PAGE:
Two underground arches found near the Charminar may have been destroyed, but the idea of a secret tunnel between the Charminar and the Golconda fort lives on.
The Charminar and the Golconda fort are the two great leitmotifs of Hyderabad, giving the city a continuous history of 424 years. The lore of the city abounds with tales of a secret tunnel between the two monuments, which are 8.5 km apart. Despite the abundance of lore, the passage has never been found although there have been plenty of discoveries of old structures that might lead to it.
The curiosity of Hyderabad’s history buffs was stoked yet again last weekend, when contractors building new barracks for policemen at a site just a stone’s throw from the Charminar stumbled upon two underground arches. The stone masonry could lead to anything, but around the Charminar, any such discovery quickly stokes the mythology of the tunnel to Golconda. As eager residents swarmed the site to see the Golconde ka surang it was decided to refer the find to the state archaeology department.
I landed up at Charminar on Monday morning to ask the policemen there for directions to the site. I asked for the way to Chelapura, the site of the barracks, and a constable smiled broadly at me, a rather unusual, if welcome, thing for a harried cop to do amid the frenzied traffic around the monument. “You’ve come to see the tunnel? It’s about one kilometre that way. Just follow these people,” he waved. “They are from the Archaeology Department.”
When I arrived at the construction site, squeezing past bangle vendors and knick-knack sellers lining the streets of Charkaman, I found a police picket keeping onlookers and media crews at bay. I craned my neck to see the site and found only the rubble of old, maybe historic, masonry. An earth mover was busy tearing down the remnants of a foundation.
It didn’t matter that the Archaeological Survey of India and the department of Archaeology had wrangled over jurisdiction, because staff of both agencies were denied permission to even inspect the site. They had been turned away by the policemen, told to go to the DCP saab’s office to get permission, while the police performed a fait accompli by demolishing the structures.
Around the site, residents told me nonchalantly that yes there used to be tunnels passing underneath their locality. Their grandfathers used to tell them about it. Maqsood Ahmed, the owner of the building opposite the police barracks site, told me, “Houw saab, yahaan pe surang rehte the. You find traces of them whenever you dig up the earth to build the foundation for a building.” I asked him whether he found any trace of a tunnel when he built his own building. He wouldn’t say.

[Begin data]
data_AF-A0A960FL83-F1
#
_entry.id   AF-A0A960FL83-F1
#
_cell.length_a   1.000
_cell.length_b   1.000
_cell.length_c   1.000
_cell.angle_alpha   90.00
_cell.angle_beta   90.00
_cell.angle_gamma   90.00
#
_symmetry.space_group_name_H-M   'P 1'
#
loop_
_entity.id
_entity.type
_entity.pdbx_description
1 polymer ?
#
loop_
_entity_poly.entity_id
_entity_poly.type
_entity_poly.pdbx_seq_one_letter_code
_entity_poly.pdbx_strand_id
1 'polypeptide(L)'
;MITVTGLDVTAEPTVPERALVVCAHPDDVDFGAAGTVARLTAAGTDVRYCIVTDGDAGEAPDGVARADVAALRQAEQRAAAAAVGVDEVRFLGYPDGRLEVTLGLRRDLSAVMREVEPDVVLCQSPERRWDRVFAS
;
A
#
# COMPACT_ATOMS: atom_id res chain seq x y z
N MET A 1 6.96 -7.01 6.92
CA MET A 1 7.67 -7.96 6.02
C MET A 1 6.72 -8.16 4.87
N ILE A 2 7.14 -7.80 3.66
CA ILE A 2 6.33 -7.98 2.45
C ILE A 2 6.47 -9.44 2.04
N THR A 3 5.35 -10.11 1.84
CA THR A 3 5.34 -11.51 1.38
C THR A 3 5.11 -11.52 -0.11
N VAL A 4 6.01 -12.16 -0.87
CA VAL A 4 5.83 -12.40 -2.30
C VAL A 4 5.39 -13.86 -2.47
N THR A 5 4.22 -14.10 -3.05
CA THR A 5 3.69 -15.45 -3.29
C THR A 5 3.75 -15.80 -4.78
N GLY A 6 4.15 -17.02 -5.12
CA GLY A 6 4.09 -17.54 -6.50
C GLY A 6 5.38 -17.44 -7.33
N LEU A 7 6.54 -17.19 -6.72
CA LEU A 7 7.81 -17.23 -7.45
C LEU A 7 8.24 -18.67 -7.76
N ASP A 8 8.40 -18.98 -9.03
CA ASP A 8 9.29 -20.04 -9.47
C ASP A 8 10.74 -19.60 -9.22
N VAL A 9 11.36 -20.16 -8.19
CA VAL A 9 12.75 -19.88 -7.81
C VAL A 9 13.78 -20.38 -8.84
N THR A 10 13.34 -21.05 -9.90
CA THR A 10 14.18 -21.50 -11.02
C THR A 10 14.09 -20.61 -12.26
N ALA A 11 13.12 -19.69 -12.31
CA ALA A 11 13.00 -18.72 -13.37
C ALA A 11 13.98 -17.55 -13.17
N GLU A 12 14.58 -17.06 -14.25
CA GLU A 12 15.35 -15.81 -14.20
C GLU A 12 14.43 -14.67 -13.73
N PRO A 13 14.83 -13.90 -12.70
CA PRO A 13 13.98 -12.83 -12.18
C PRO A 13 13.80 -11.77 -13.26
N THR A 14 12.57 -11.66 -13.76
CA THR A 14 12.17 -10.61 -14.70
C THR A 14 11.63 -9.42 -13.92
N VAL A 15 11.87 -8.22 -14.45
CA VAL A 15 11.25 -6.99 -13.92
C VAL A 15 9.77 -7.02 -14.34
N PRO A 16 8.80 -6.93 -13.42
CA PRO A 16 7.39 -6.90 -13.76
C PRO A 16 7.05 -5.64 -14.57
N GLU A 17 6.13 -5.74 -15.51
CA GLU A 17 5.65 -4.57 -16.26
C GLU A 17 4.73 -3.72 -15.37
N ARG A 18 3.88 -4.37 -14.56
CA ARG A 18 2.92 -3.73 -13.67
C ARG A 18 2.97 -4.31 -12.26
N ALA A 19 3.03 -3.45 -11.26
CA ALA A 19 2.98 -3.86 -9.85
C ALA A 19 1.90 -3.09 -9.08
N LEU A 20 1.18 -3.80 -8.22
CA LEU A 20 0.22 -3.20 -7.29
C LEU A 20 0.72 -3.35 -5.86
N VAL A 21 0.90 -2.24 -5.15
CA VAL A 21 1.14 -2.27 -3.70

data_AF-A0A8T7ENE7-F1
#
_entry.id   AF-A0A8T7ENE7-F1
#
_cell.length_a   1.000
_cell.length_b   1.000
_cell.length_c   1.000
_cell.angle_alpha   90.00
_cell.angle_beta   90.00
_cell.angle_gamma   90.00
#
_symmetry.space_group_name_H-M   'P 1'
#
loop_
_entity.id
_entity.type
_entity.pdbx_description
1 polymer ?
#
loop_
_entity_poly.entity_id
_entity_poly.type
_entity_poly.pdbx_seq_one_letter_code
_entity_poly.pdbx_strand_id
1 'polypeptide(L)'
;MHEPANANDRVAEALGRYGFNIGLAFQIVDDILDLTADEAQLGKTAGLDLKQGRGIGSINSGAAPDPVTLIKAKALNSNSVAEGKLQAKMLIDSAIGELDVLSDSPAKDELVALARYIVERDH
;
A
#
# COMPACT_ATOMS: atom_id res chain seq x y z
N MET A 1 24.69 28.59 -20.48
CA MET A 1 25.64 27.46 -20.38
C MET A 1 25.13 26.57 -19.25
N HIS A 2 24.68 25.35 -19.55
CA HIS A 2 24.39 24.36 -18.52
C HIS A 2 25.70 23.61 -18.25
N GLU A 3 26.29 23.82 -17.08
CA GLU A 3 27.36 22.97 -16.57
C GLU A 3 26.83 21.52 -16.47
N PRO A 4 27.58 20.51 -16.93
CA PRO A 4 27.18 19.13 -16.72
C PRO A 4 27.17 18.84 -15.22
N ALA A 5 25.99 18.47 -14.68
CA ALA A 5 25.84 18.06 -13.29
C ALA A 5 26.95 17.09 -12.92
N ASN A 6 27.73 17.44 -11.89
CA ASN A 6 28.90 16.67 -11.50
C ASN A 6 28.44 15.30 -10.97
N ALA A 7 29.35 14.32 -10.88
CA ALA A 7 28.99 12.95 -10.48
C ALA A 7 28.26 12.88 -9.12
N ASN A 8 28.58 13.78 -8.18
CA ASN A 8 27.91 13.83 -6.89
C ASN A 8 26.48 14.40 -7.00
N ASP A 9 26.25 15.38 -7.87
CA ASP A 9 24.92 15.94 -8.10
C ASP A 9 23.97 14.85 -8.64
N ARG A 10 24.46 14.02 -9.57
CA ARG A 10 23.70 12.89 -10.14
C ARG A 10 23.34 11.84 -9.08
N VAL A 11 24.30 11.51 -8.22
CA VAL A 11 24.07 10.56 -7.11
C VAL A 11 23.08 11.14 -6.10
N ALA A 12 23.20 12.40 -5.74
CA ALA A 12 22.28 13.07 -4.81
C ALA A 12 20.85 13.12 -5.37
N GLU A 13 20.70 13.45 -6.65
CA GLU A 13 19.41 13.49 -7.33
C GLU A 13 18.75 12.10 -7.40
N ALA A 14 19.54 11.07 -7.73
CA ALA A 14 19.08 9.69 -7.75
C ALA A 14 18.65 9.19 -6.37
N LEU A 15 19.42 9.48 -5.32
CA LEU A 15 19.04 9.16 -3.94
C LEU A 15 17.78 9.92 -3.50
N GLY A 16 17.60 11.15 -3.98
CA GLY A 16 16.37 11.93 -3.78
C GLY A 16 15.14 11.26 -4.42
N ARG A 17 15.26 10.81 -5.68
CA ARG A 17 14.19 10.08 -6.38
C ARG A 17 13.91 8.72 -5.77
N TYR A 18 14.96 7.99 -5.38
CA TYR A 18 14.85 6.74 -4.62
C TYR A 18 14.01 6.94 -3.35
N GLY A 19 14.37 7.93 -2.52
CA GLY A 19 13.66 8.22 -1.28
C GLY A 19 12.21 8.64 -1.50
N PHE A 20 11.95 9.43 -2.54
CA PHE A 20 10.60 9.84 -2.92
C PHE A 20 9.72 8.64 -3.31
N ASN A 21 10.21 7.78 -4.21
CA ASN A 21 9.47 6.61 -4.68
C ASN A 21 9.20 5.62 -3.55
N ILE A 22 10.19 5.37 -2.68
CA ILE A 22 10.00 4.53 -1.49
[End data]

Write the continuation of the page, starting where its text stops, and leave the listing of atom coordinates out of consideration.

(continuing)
At this site, in a locality called Chelapura, just a turn from the crumbling 400-year-old Sher-e-Batil Kaman, one of the four archways around the Charminar, there used to be until a few years ago some decrepit Nizam-era police lodgings which were demolished down to build modern amenities for policemen. The structures below could have been bunkers built for the Nizam’s constabulary. Or even the Golconde ka surang.
Disappointed by the policemen’s lack of interest in what they had unearthed, I trudged over to Laad Bazaar, the famed bangle market just off the Charminar. As I examined some of the dazzling varieties of bangles for my daughter, a shopkeeper chuckled at my story. “Saab, woh zamaane mein bahut saare surang the. Ek Golconde ku jaataa tha. Ek Falaknuma (the last Nizam’s fabled palace) ku, ek Gosha Mahal ku. Beshaq, ek surang to Laad Bazaar ke neeche se hi jata tha. [Sir, there were many tunnels in that era – one went towards Golconda, another to Falaknuma, and yet another to Gosha Mahal. Indeed, one tunnel went under Laad Bazaar itself]”
Later in the afternoon I called up the archaeology officer I had met at the site and asked what he had found. He told me the policemen had turned down his request to see the site. The discovery would have been interesting to probe but, alas, it has now been torn down. “You know, it may not have been the Golconda tunnel but it could have been a serai destroyed by Aurangzeb’s troops when they finally conquered Golconda in 1687. Surely, even that would be 350 years old, and would have added to the history of the city, I suggested.
“But the police must have thought: ‘Why involve these archaeology fellows? They will just stop our construction, saying history and all that. Let’s just build our barracks.’ ”
Not unlikely, and quite in character for Hyderabad. As with other such places, the walled city of Hyderabad takes its past for granted, like it were a familiar neighbour who can be counted upon for a cup of sugar when needed. Around the Charminar, history is everywhere: the bazaars along the four approach roads teem with the same Brownian motion today as they must have when Mohammed Quli Qutb Shah built it.
The monument itself is a living entity to the people who conduct their trade around it. Until a fence was erected around it a few years ago, one could touch the monument through the window of a bus, feeling the smoothness imparted to it by lime mortar fortified with egg white. It’s a friendly structure, tall but not looming. Vendors busily mill around it, but always pause to tell you a nice story. Directions are always given, helpfully if not correctly. The tunnel to Golconda is real to them, nothing that has to be certified by the archaeological department : “It passes right beneath the Charminar, right below that fountain there. Wo time ke Qutb Shahi kings would come here to visit the markets,” a vendor of Korans told me.
It reminded me of my last visit to the Golconda fort several years ago. Pointing to an archway buried to its neck in plastic refuse, a guide told me in flawless English, “That there is the entrance to the tunnel that takes you straight to the Charminar.”
Why look for something you already have? #KhabarLive